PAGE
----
Our lab studies the role of endothelial cells in lipid metabolism. The lipolytic processing of triglyceride-rich lipoproteins in the bloodstream by lipoprotein lipase (LPL) is the central event in plasma lipid metabolism. Acting inside capillaries, LPL cleaves lipoprotein triglycerides, releasing fatty acids that are taken up by tissues and either used for fuel or stored in cytosolic lipid droplets. LPL is synthesized by parenchymal cells (e.g. myocytes and adipocytes) and secreted into the interstitial spaces, but to be functional in processing triglycerides in the plasma, it must be transported to the capillary lumen. The endothelial cell protein GPIHBP1 serves as the LPL transporter, capturing LPL and moving it across endothelial cells to the capillary lumen. When GPIHBP1 is absent, LPL cannot reach the capillary lumen, leading to severe hypertriglyceridemia (in both humans and mice).
The identification of GPIHBP1 as the LPL transporter provided novel evidence that endothelial cells play an active role in plasma lipid metabolism. Maintaining metabolic homeostasis requires moving nutrients, hormones, and enzymes across capillary endothelial cells. Yet, how endothelial cell function is controlled so that metabolic activity inside capillaries and the delivery of nutrients across endothelial cells matches the needs of the underlying tissues has not been adequately explored. To address this issue, we study the mechanisms and regulation of trans-endothelial transport as it relates to lipid metabolism. We also study how the expression of capillary specific proteins, such as GPIHBP1, is controlled in an effort to learn how the metabolic needs of specific tissues influence gene expression in the capillaries servicing those tissues.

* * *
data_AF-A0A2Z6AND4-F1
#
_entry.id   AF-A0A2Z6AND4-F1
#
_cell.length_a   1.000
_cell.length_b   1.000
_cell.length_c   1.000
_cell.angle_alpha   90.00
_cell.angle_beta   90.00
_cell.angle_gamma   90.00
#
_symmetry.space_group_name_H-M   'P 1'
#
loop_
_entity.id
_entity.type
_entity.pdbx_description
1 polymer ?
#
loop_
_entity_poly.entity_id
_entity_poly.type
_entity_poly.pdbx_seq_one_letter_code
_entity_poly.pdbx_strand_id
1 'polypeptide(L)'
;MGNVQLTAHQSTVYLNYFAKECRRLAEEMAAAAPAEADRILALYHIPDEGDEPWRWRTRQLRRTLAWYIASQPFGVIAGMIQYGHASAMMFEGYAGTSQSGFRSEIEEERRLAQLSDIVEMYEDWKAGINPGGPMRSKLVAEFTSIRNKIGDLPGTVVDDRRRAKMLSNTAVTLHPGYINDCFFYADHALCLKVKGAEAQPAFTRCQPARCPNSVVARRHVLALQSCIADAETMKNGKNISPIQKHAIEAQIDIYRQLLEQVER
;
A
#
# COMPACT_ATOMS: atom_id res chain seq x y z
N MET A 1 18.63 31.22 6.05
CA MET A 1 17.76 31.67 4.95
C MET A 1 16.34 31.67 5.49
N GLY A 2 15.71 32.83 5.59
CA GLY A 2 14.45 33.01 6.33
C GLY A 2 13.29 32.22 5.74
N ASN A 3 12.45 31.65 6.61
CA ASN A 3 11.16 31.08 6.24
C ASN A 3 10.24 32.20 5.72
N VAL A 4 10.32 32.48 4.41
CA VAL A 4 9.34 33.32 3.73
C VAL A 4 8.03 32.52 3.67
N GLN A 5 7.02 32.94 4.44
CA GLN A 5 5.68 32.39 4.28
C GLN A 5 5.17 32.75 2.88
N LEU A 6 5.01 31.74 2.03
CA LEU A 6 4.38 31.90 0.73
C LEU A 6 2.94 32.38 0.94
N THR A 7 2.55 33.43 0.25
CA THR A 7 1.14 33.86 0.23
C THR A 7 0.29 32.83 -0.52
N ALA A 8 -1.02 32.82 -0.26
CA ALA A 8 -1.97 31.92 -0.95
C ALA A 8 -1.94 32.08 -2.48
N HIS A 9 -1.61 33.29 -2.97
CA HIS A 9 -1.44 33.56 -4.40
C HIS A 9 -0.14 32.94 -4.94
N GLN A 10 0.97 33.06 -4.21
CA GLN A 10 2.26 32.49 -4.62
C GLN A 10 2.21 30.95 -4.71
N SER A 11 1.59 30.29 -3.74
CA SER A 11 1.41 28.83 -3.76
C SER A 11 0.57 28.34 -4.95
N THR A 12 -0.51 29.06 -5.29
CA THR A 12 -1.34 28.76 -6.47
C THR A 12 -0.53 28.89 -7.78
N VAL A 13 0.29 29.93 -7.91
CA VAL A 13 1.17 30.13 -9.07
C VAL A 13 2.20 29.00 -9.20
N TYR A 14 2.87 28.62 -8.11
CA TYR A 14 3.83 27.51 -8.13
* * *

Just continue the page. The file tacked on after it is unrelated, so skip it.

Figure 1. Lipoprotein lipase is synthesized and secreted by myocytes and adipocytes. Secreted LPL binds GPIHBP1 on the basolateral surface of endothelial cells and transported to the capillary lumen where LPL hydrolyzes the triglycerides of circulating lipoproteins.